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Unclear Whether Cincinnati Will Vote On Charter Reforms This Year

Cincinnati voters may see a series of city charter amendments on the November ballot.  Or they might not.

A task force spent more than a year reviewing the charter, line-by-line, to come up with four recommendations, all of which, if passed by voters, would make some major changes to the offices of the mayor and city council. 

But so far Mayor John Cranley hasn't referred the amendments to a council committee for consideration.  Council would need to act by early September for the charter reform package to make the November ballot.

The major changes recommended by the task force include:

  • Doing away with the mayor's “pocket veto” by requiring the mayor to assign all legislation to council committee within 14 days of receiving it; 
  • Allowing council to initiate the firing of the city manager, with the requirement that five council members would be necessary to raise the issue and concurrence with the mayor or a “super majority” of council to carry out the dismissal;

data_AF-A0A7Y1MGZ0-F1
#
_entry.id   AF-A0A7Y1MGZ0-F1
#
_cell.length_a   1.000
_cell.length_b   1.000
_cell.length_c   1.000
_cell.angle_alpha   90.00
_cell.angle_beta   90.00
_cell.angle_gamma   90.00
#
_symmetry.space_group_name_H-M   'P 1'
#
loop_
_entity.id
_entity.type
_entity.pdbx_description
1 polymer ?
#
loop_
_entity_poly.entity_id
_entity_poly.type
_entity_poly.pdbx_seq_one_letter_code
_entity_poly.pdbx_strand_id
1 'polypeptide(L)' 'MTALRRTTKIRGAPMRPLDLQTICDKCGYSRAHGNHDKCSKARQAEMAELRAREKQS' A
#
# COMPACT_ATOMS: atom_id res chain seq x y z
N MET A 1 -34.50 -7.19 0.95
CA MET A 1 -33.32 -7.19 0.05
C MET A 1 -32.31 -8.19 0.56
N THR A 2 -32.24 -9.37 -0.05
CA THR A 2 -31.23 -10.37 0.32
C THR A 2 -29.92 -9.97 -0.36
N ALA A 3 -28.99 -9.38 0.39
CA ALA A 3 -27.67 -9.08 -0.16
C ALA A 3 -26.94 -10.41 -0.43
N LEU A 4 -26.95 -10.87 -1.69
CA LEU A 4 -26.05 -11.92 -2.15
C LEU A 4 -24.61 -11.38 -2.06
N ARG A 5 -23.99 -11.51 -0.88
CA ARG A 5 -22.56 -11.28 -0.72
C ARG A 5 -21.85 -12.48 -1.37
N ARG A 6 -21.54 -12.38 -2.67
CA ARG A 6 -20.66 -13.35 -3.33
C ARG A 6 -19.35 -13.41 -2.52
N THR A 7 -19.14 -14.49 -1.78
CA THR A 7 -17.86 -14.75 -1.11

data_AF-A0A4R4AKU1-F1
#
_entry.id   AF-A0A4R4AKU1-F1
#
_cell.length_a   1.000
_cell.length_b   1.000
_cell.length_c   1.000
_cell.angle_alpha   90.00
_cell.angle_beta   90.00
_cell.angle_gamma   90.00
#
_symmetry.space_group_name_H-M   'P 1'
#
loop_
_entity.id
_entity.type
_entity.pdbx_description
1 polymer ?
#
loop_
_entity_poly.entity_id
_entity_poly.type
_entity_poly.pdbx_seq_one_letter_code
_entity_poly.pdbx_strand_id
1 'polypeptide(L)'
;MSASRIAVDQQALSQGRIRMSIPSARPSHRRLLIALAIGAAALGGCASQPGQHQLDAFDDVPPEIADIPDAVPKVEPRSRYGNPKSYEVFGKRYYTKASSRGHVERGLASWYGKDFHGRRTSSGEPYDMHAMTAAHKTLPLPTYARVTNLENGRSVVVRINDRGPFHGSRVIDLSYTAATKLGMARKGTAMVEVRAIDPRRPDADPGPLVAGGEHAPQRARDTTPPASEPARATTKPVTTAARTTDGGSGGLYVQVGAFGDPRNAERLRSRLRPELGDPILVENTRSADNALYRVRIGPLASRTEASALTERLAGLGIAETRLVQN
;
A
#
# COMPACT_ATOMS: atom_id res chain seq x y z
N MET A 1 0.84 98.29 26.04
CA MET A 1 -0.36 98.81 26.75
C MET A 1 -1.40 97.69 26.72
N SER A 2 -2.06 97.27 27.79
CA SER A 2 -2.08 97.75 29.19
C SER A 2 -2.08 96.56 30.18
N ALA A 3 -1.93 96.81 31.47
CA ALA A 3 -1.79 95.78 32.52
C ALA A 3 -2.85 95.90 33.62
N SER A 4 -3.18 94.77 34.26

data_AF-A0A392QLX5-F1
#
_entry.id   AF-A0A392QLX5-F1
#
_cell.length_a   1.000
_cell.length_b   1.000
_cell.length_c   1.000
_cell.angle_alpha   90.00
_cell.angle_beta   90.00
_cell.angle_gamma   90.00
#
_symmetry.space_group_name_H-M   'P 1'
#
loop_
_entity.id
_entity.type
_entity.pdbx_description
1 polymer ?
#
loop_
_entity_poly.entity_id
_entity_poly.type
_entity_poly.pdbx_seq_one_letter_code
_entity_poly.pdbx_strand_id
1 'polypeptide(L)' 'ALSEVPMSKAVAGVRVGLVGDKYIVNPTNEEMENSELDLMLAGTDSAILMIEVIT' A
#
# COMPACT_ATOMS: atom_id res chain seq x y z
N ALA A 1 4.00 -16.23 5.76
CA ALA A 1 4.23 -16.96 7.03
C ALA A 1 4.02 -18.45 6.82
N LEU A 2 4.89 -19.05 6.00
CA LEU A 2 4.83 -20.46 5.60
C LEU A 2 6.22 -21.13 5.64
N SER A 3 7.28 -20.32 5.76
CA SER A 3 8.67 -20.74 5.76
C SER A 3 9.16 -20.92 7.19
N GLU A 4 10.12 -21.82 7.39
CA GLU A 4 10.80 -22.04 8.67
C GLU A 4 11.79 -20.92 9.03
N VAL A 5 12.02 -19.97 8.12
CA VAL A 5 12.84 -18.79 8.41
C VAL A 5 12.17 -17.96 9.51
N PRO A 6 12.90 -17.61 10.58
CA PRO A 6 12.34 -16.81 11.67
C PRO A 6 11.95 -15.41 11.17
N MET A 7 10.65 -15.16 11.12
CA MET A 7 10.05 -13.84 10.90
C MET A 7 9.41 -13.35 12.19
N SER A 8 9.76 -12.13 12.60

• Allow city council to hold closed-door meetings within the purposes laid out by Ohio’s Sunshine law, including conducting preliminary interviews with city manager candidates, and discussions of security issues;
  • And a series of changes to make the charter consistent with Ohio law, the state and U.S. Constitutions, including the changing of city council’s swearing-in date from December 1 to the first week of January and moving the mayoral primary from September to May.

Task Force co-chair Mike Morgan explained the process to council’s Rules and Audit Committee Tuesday.
“We did not dismiss the fact that there are questions, like changes in election systems, that merit further discussion,’’ Morgan said. “What we did decide is that we are only going to produce the recommendations that we felt we could produce because they were based on research.”

Jay Hanselman brings more than 10 years experience as a news anchor and reporter to 91.7 WVXU. He came to WVXU from WNKU, where he hosted the local broadcast of All Things Considered. Hanselman has been recognized for his reporting by the Kentucky AP Broadcasters Association, the Ohio Society of Professional Journalists, and the Ohio AP Broadcasters.